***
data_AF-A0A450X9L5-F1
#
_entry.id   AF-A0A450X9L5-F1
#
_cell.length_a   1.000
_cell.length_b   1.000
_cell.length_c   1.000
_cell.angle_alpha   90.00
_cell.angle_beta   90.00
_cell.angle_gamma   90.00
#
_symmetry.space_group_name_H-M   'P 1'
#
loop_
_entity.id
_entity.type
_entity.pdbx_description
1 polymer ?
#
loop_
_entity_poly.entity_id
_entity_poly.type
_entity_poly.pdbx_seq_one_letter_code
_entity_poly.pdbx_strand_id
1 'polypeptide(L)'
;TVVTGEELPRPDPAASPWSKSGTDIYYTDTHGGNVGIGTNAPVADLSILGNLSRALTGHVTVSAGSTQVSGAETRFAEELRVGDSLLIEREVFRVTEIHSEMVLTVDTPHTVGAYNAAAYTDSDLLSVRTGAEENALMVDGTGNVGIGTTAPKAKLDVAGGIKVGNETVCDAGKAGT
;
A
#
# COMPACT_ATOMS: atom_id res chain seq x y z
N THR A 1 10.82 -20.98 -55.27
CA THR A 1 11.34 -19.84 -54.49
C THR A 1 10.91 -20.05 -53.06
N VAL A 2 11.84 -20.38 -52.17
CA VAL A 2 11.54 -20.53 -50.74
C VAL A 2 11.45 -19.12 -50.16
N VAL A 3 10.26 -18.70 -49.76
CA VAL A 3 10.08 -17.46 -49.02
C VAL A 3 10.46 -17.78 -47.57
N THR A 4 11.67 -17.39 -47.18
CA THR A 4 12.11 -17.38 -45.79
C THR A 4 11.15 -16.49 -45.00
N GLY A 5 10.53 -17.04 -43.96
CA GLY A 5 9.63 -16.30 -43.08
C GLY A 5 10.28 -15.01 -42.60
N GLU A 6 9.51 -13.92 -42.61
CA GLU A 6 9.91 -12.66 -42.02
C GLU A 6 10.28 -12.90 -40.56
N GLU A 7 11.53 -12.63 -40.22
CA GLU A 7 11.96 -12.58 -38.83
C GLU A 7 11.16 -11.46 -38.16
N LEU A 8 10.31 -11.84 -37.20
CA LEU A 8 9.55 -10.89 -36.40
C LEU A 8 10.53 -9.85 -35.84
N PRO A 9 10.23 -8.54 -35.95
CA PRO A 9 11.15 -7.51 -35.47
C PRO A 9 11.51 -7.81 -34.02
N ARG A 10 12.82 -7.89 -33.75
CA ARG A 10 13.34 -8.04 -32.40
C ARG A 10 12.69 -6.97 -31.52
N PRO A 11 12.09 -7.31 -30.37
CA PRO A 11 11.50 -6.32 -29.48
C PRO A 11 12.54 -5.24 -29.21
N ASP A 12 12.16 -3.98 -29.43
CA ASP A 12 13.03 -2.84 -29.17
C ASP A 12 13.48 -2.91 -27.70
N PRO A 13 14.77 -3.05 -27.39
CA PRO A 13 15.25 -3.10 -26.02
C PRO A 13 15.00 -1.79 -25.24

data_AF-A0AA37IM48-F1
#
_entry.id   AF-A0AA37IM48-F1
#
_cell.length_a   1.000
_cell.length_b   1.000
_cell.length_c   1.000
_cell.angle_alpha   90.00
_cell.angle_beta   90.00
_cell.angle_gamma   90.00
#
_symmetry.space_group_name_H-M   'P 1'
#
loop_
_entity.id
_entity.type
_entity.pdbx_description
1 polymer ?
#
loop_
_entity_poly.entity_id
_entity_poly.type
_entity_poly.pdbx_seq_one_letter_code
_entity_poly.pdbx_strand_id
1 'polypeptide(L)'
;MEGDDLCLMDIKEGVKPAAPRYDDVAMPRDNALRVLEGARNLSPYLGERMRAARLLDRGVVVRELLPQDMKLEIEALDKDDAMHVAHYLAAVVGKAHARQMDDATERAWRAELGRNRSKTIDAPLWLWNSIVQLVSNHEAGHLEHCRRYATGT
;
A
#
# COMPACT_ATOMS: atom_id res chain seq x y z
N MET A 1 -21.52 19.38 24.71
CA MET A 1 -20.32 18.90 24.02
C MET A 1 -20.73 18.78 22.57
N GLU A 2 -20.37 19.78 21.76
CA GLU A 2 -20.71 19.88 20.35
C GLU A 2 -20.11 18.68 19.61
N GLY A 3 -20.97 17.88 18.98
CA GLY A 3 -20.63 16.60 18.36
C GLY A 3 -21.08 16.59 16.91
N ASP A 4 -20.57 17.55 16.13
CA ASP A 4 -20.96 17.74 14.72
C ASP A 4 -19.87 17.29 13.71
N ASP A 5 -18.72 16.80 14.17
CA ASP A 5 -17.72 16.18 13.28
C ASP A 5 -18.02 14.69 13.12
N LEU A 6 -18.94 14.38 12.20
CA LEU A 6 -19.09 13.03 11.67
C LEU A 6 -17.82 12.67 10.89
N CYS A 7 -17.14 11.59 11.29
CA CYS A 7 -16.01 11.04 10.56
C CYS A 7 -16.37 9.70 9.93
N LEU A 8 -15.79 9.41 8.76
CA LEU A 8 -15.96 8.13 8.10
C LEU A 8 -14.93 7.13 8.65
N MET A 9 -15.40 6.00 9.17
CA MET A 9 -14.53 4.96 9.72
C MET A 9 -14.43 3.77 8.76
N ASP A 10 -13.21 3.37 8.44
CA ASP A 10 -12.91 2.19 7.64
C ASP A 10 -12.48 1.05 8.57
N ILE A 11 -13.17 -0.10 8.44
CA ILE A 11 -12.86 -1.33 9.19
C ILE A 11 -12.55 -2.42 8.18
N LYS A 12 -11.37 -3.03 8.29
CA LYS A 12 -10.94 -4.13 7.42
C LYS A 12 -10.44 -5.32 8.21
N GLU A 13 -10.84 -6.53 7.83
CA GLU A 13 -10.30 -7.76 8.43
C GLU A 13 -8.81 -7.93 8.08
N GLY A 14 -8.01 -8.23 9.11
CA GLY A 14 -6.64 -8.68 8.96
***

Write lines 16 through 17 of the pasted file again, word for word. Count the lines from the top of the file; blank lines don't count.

_entity.type
_entity.pdbx_description